Engineering

 

ENGINEERING

 

The Department of Engineering offers nine 3-credit courses at the 100-level (see course descriptions below):

ENGR 121 – Calculus I for Engineers
ENGR 122 – Calculus II for Engineers
ENGR 123 – Linear Algebra for Engineers
ENGR 126 – Biology with Engineering Applications
ENGR 131 – Engineering Graphics and Fundamentals
ENGR 132 – Engineering Communications I
ENGR 136 – Statics
ENGR 144 – Computer Programming for Engineers
ENGR 198 – ST: Programming-based Design

 

ENGR 121, 122, 131, 132, 136, 198 are required first-year courses for all students in the Diploma in Engineering.

ENGR 123 is a required second-year course for all students in the Diploma in Engineering.

ENGR 126 is a second-year course option for students pursuing particular disciplines in the Diploma in Engineering.

ENGR 144 is a second-year required course for Diploma in Engineering students who successfully completed ENGR 132 last year.  (Second-year Diploma students who did not complete 132 last year are required to take the ENGR 198 Selected Topics course in 2017-2018.)

ENGR 121, 122, 123, and 144
ENGR 121, 122 and 123 are cross-listed courses with mathematics. However, students interested in taking calculus, but not interested in the engineering program, should choose MATH 106 or 126 and 107 or 127 rather than ENGR/MATH 121 and 122. Non-engineering students will take MATH 253 (and often 254) rather than ENGR 123/MATH 223.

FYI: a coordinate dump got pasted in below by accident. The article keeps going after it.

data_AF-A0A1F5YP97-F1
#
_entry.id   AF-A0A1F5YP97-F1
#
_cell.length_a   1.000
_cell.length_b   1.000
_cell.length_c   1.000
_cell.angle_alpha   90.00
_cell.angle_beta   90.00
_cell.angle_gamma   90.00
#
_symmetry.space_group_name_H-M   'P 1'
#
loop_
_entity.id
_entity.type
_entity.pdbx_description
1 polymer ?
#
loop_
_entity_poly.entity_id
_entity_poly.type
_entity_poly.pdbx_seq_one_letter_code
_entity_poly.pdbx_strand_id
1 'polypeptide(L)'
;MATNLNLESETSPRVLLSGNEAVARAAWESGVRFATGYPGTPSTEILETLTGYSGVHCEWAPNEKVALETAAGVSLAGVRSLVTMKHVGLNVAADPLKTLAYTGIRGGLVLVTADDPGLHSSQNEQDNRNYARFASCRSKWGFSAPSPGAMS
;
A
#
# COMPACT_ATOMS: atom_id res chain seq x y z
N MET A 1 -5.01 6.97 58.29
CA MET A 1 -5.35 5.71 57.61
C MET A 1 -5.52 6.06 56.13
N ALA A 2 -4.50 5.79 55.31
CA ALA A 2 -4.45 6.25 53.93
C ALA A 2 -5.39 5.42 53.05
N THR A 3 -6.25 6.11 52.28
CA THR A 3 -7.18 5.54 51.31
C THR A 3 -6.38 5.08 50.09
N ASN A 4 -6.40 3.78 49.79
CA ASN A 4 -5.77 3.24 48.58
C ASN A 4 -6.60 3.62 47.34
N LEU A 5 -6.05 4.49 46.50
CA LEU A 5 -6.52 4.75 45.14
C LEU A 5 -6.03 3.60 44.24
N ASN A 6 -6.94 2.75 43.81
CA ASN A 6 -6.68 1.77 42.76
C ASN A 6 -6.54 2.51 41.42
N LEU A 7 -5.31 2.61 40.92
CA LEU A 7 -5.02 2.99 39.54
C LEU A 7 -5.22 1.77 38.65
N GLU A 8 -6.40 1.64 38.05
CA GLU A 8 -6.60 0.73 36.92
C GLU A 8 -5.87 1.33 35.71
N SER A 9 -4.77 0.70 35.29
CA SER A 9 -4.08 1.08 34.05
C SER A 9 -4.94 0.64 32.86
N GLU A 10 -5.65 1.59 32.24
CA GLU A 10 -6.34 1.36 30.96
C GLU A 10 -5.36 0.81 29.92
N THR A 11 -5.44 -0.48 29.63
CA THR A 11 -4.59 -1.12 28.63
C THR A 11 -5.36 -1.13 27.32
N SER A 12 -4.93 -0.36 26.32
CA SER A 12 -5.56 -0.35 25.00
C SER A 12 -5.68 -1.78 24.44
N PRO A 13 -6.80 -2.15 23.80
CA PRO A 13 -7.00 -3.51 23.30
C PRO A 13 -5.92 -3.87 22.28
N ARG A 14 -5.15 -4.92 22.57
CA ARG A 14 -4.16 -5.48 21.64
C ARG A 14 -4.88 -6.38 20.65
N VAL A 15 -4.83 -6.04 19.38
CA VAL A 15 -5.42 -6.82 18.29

ENGR 144 is a course cross-listed as CSCI 125. Students interested in an introductory course in computer programming, but not interested in the engineering program, should choose CSCI 161 rather than ENGR 144/CSCI 125.  Note that although ENGR 144/CSCI 125 is a 100-level course with no prerequisites, it is part of the second-year course pattern in the Diploma in Engineering.

ENGR 126, 131, 132, 136, and 198
These engineering courses are not open to students outside of the program without permission from the chair of the department. It should be noted that permission is rarely granted, primarily because these courses have little or no availability after engineering students have registered.


Course Descriptions from the Current Academic Calendar
:

121   Calculus I for Engineers
This course examines the main idea of calculus of a single variable. It covers functions; limits; continuity; differentiation and integration of polynomial, exponential, logarithmic and trigonometric functions; product, quotient and chain rules; applications of differentiation to graphing; maximum-minimum problems and related rate problems; definite and indefinite integrals and the fundamental theorem of calculus. Credit will be granted for only one of ENGR 121 or MATH 106 or 126.  Cross-listed as MATH 121. Three credits and one-hour lab and one-hour problem session.

122   Calculus II for Engineers
A continuation of ENGR 121, this course covers applications of integration including areas, volumes, moments, pressure and work; techniques of integration; numerical integration; length of curves; surfaces of revolution; parametric equations; polar co-ordinates; sequences and series and Taylor series. Credit will be granted for only one of ENGR 122 or MATH 107 or 127.  Cross-listed as MATH 122. Prerequisite: ENGR 121. Three credits and one-hour lab and one-hour problem session.